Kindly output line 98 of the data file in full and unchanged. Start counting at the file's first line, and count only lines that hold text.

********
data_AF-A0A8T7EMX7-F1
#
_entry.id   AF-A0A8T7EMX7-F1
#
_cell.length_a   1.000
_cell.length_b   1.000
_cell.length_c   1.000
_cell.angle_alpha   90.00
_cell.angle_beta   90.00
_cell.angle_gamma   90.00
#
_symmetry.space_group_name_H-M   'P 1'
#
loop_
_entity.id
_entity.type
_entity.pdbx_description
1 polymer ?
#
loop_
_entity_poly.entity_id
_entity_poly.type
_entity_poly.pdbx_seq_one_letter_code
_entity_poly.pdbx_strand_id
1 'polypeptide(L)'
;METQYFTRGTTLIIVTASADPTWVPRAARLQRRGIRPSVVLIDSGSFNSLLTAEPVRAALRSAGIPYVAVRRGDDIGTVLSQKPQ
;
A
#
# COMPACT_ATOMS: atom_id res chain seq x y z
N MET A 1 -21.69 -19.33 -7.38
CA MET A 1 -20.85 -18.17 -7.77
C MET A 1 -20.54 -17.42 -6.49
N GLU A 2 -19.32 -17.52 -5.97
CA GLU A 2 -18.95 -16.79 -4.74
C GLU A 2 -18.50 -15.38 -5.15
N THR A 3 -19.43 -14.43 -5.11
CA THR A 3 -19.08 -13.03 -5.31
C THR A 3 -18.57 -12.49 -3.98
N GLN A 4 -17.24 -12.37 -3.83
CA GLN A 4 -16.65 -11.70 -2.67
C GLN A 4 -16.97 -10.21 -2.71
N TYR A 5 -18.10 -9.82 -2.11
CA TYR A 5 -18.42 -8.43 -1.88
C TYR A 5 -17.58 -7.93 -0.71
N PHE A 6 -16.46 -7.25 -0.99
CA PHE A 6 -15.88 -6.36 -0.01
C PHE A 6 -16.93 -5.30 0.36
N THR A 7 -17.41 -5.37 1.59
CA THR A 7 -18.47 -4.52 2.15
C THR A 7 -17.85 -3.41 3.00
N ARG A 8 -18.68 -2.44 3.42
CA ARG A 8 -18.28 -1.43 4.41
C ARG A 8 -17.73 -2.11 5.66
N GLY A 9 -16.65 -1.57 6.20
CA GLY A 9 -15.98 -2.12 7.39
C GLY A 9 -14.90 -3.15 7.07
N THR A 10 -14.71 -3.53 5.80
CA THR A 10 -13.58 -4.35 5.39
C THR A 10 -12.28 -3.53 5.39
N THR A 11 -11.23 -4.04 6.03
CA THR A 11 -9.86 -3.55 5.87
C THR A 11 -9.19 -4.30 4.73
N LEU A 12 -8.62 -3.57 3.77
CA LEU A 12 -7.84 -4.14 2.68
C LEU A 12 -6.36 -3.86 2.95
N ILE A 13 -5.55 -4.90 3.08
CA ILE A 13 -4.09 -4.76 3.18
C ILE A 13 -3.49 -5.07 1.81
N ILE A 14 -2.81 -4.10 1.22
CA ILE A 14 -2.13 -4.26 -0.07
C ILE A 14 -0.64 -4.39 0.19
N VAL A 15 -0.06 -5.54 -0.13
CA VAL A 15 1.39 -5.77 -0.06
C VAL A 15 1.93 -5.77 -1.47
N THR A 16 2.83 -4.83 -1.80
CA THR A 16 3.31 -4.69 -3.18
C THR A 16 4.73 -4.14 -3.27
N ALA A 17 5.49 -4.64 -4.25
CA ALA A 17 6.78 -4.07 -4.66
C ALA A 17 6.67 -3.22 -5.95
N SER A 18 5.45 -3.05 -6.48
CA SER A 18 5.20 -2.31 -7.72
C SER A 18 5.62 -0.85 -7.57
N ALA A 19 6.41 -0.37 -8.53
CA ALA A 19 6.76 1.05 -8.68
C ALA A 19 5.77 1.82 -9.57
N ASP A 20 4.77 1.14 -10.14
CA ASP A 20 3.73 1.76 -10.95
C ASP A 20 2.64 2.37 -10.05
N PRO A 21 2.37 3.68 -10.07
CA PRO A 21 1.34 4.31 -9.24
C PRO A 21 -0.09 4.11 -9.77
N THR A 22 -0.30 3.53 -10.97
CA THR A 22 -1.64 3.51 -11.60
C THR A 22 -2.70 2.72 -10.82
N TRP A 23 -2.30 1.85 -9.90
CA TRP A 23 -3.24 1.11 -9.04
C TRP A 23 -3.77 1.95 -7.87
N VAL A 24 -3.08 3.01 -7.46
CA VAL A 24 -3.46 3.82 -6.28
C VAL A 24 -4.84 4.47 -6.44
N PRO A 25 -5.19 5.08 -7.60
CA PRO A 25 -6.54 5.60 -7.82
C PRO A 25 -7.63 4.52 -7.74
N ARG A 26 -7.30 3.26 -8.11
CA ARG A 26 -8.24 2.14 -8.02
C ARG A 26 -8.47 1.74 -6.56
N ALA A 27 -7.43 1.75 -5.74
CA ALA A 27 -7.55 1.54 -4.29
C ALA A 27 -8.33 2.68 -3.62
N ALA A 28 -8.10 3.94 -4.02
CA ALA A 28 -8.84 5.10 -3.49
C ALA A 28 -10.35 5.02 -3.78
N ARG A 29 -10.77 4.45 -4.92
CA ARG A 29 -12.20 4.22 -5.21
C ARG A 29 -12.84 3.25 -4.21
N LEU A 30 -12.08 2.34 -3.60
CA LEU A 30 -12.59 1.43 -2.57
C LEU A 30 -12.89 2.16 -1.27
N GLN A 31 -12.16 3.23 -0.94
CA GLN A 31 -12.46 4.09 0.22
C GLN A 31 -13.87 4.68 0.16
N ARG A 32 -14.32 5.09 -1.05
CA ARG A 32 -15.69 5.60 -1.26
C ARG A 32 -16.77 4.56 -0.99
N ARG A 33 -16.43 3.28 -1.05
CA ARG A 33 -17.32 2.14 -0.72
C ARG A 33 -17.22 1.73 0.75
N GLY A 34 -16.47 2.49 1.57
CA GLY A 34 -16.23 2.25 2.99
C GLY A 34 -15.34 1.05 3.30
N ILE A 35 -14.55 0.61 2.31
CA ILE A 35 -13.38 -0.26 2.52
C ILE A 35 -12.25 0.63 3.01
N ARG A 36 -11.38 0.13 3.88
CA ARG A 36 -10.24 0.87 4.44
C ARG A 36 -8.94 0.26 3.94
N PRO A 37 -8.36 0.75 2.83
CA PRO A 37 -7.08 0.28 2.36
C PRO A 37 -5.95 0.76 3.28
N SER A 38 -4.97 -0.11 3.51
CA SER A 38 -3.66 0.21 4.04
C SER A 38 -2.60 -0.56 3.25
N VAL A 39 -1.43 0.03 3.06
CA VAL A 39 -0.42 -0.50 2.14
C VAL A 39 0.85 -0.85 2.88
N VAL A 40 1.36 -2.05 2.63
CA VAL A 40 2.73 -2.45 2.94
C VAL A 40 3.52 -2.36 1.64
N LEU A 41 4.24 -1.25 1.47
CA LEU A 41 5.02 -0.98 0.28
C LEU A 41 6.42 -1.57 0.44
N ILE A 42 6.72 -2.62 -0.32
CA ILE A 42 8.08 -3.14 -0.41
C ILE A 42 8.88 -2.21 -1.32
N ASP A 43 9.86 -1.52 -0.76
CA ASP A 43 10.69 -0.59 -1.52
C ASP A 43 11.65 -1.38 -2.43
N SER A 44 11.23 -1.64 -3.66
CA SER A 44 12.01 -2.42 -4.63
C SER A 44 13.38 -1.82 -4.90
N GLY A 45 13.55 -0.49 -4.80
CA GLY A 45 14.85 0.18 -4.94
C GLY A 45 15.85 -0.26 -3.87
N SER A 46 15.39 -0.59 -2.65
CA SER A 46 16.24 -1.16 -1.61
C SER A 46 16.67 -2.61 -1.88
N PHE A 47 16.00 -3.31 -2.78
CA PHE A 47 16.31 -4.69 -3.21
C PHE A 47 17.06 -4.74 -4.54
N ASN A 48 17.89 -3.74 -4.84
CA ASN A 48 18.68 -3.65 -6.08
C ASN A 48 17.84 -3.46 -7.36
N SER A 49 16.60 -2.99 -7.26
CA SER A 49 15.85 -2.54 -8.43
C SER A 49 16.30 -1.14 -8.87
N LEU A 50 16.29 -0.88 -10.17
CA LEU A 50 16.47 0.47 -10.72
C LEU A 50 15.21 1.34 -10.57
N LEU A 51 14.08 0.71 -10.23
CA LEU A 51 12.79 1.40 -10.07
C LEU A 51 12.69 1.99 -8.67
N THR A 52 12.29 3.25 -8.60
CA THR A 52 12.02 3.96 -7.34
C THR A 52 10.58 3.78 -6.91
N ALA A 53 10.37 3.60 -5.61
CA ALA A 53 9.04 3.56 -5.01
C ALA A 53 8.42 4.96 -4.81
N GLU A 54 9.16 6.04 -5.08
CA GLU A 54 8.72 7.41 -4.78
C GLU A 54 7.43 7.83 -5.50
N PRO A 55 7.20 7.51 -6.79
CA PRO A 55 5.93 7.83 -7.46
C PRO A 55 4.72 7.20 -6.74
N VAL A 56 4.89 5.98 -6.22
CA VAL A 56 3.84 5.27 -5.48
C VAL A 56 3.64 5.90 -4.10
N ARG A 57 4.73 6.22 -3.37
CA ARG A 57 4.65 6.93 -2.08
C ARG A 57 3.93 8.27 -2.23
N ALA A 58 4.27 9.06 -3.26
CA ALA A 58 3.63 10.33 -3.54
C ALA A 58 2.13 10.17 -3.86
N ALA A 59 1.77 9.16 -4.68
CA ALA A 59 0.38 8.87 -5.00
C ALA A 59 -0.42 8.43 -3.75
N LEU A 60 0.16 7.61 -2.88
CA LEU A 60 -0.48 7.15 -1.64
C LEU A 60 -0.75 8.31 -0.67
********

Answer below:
CA TRP A 23 -3.24 1.11 -9.04